But Jäger also documents that Adorno expressed the same attitudes and emotions that he condemned in his fellow Germans. He too was disturbed by the amount of rubble that the Allied bombing left behind. Moreover, he exhibited profoundly bourgeois taste in literature and art, an unfashionable aversion to Negro jazz, and a 19th-century sensibility that kept creeping into his aesthetic judgments. Jäger depicts in his subject a cultivated man of learning who was at war with himself and whose internal conflict had a fateful impact on the lives of others. In the late ’60s, in a crisis that might have caused his physical deterioration and led to his death, Adorno was targeted by the student Left at the University of Frankfurt, who broke into and disrupted his classes. Like other revolutionaries before and since, this aging academic was accused of harboring reactionary impulses and of not sincerely opposing sexism. In an orgy of confused symbolism, female protesters bared their breasts in Adorno’s sight while waving pages torn from his tract Negative Dialectics. Adorno had apparently not done enough to explore the dialectical possibility of shocking German burghers. Significantly, Jäger shifts away from this student unrest to a view of the Matterhorn as seen from the French Swiss region of Valais, a view that he, Goethe, and Adorno all enjoyed. By electing to end on this note, he is making a statement about what Adorno should be remembered for, namely, his appreciation of natural and artistic beauty.

But this really won’t wash. What has been called “cultural Marxism” (inaccurately, given its lack of Marxist substance), and which flourishes in Europe and to a lesser extent here as political correctness, would be unthinkable without Adorno and the Frankfurt School. Thanks largely, albeit not exclusively, to their activities, bourgeois normality, belief in God, and patriotism have come to be linked in academic culture and among social reformers to a slippery slope leading to fascism. Marxism, which had previously been primarily concerned with economic revolution, was transformed through Frankfurt School guidance into an unrelenting war against patriarchy, Christianity, and traditional community. By means of their translated writings and the infusion of their attitudes and grievances into American professional psychology in the 1930s and into pop social science thereafter, Adorno and his circle made themselves dramatically felt in the New World. (Since this reception was far more enthusiastic than American conservatives would like to believe, one may have to speak here of a natural fit rather than a deception.) In any case, it is hard to recall Adorno at this point in Western political life mostly for his learned essays on Beethoven and Arnold Schoenberg. Would that musicology were all he wrote!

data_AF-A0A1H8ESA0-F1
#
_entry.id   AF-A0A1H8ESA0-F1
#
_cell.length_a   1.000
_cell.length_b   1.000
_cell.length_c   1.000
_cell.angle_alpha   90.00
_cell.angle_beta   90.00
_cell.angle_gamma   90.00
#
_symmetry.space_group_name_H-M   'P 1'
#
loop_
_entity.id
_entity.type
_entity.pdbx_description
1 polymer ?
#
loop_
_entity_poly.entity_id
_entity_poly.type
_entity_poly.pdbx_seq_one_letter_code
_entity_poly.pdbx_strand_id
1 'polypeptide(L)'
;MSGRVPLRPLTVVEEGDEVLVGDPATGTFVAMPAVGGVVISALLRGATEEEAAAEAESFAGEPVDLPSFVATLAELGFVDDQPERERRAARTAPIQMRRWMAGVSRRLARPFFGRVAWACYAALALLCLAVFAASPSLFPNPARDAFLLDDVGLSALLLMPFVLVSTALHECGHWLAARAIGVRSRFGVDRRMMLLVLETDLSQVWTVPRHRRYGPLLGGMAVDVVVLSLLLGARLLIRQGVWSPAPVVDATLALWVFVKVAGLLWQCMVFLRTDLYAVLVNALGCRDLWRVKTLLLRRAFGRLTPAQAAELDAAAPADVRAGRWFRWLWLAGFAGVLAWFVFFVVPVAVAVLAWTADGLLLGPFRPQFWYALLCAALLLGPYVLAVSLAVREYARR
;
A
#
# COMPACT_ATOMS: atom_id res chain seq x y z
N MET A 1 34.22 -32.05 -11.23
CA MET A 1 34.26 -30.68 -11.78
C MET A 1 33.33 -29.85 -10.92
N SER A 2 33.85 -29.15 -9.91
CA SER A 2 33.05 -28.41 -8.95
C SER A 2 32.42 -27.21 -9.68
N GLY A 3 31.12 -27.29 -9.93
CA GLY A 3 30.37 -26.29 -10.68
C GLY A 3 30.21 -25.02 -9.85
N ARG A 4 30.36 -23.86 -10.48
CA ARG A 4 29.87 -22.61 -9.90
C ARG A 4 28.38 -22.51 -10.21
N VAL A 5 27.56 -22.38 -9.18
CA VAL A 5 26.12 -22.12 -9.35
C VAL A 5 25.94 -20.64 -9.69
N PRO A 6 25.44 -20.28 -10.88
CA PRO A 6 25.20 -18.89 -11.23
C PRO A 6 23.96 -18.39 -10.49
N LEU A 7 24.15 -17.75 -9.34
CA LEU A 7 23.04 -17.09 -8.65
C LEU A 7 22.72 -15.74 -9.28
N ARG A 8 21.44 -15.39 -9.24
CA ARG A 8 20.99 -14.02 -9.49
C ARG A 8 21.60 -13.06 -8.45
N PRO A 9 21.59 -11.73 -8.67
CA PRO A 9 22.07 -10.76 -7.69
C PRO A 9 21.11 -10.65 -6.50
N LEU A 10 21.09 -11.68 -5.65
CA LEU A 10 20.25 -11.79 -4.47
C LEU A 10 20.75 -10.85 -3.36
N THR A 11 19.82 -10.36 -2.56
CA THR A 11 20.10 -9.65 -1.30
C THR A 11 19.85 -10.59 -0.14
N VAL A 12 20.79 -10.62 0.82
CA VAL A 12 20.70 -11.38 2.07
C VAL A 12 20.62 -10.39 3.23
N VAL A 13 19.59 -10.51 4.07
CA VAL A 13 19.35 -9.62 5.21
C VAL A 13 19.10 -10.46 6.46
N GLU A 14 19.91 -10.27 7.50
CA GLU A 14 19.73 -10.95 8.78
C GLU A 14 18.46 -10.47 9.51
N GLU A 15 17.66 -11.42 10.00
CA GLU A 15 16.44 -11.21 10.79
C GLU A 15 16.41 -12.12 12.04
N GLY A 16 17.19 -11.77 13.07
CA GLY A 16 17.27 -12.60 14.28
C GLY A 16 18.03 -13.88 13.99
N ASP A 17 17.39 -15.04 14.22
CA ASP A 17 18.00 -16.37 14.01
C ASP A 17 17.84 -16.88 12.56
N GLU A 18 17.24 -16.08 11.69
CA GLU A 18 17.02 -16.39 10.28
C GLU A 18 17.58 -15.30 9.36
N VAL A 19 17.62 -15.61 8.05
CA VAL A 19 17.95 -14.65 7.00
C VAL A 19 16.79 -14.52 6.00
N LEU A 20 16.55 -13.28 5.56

Paul Gottfried is a professor of humanities at Elizabethtown College and the author of Multiculturalism and the Politics of Guilt.